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Author Topic: A diary of my treasure process-(Rob) Tafflaff *UPDATED Valuation received B.M  (Read 12517 times)
Roman (Ray)
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« Reply #30 on: December 24, 2009, 05:10:22 PM »

yes good luck rob you deserve it butty.
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« Reply #31 on: December 24, 2009, 10:09:23 PM »

Taff,   I have tried to find your diary,  but have not succeeded,  WHERE is it.
Kiwi Terry
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Legacy Hunter
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« Reply #32 on: January 03, 2010, 04:26:42 PM »

it is very interesting to know what goers on well done rob
debs
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waltonbasinman
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« Reply #33 on: January 16, 2010, 04:15:22 PM »

Such a great find Rob and it will be great to see it on display.
« Last Edit: January 16, 2010, 08:38:06 PM by Waltonbasinman (Paul) » Logged
Tafflaff (Rob)
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« Reply #34 on: February 02, 2010, 01:42:04 PM »

Updated...... go to top
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« Reply #35 on: February 02, 2010, 04:36:30 PM »

Its looking better all the time for you Rob, the wheels turn a lot quicker than some of the stories that we hear of.
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« Reply #36 on: March 22, 2010, 05:23:36 PM »

I hate to play a role of a forum sceptic but Knights Templar (real ones, not Dan Brown variety Wink ) are one of my favourite subjects and I have never, in any literature on the subject, have come across similar ring. Templars were a monastic order and jewellery wearing was just not their thing, being impractical for a knight and somehow against their vows of poverty. Also the design of this signet does not look medieval and I was surprised when you wrote:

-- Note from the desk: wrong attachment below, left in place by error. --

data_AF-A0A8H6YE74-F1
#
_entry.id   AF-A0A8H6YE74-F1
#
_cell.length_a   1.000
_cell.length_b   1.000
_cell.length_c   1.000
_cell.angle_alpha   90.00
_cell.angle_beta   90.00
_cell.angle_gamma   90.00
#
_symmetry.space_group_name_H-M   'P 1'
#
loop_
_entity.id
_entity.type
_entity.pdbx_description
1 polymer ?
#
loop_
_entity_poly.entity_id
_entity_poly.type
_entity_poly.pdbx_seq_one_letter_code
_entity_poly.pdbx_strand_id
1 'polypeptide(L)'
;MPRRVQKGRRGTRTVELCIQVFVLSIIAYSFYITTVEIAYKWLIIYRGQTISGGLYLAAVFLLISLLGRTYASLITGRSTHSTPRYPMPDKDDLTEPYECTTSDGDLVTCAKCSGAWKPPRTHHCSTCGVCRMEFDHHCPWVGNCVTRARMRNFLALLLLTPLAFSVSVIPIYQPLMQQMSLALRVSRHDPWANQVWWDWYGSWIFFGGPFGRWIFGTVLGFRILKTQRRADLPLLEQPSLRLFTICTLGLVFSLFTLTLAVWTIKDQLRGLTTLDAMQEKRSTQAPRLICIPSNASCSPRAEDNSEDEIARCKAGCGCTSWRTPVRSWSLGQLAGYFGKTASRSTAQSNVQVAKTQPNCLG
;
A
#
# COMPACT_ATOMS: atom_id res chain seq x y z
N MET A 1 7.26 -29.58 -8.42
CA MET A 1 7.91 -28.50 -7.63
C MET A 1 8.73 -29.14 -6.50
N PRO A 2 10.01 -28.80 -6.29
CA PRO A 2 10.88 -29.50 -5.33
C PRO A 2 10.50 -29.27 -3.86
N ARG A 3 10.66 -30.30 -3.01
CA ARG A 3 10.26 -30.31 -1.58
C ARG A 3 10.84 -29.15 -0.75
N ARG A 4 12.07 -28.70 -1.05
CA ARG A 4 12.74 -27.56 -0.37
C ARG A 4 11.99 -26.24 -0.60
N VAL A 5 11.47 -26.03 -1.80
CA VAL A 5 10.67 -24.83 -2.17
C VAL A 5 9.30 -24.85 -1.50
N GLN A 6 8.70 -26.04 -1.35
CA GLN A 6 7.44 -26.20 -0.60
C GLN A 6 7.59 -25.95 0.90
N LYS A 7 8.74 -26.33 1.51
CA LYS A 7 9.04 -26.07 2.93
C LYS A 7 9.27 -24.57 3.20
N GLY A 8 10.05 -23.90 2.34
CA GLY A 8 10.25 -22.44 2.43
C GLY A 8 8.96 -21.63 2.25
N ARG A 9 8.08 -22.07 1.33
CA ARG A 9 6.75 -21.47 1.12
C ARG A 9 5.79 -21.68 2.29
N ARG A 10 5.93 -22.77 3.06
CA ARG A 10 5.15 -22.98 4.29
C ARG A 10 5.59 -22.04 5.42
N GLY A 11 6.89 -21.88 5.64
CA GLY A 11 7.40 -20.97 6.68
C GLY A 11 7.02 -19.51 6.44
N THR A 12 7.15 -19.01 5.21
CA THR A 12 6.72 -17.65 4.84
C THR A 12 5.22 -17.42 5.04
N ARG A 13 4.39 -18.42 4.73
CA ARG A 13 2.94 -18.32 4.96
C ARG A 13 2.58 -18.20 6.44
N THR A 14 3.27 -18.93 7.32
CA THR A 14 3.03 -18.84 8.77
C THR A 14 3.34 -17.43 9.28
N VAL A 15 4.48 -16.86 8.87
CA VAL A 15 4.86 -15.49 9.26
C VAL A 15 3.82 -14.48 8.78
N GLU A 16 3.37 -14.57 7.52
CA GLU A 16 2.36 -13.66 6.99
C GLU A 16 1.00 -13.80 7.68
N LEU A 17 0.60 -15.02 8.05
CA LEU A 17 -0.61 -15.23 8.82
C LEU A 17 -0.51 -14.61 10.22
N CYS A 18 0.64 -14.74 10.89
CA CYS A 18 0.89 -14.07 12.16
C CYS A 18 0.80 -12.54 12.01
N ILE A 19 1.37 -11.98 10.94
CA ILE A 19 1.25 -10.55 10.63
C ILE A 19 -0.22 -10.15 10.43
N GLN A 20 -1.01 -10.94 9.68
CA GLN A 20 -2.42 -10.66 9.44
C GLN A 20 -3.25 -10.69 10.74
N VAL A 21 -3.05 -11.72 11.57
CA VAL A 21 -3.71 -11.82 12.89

Quote
Without going into too much detail there is only two other similar 12th Century
rings of similar styling to the one I have found - one of these being a fragmented ring.

Is it possible for you to obtain any photos of those rings? To me this find looks modern and was perhaps connected with "templar or holy grail tourism", which is now so popular or, as a friend suggested, its design is reminiscent of coptic church, but also in a modern context. I am hoping that I'm wrong and that BM will date it as medieval, which would be really fantastic Smiley
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Tafflaff (Rob)
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« Reply #37 on: March 22, 2010, 06:51:54 PM »

I could not find any pics of the other two rings , but they are in the treasure reports online. There also a very similar ring in Cardiff museum. Same type of Cross on it.
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« Reply #38 on: March 22, 2010, 07:06:22 PM »

Plus as any archaeologist would tell you its all about context. And the ring was found in an area rich with Templar history. i don't think it would have passed through the hands of the people it has if it wasn't the genuine article.
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« Reply #39 on: March 22, 2010, 08:28:13 PM »

Hi MD, there are many believed templar rings in museums throughout Europe, one of which is below.
The crude manufacture on Taffs example is reminiscent of medieval workmanship.
I'm afraid there is no similarity to the coptic cross whose finials end in points and must by tradition contain a circle, but could be a similar Canterbury cross.
As you will know if you have read much on the subject, the medieval view of a  vow of poverty and ours is somewhat different. The templar knights were a minor element in the templar movement and it's still not fully understood if the ancillary staff also took the same vows. The templar movement was the richest organisation of it;s time, which became the main reason for it's eventual downfall.
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« Reply #40 on: March 22, 2010, 10:20:44 PM »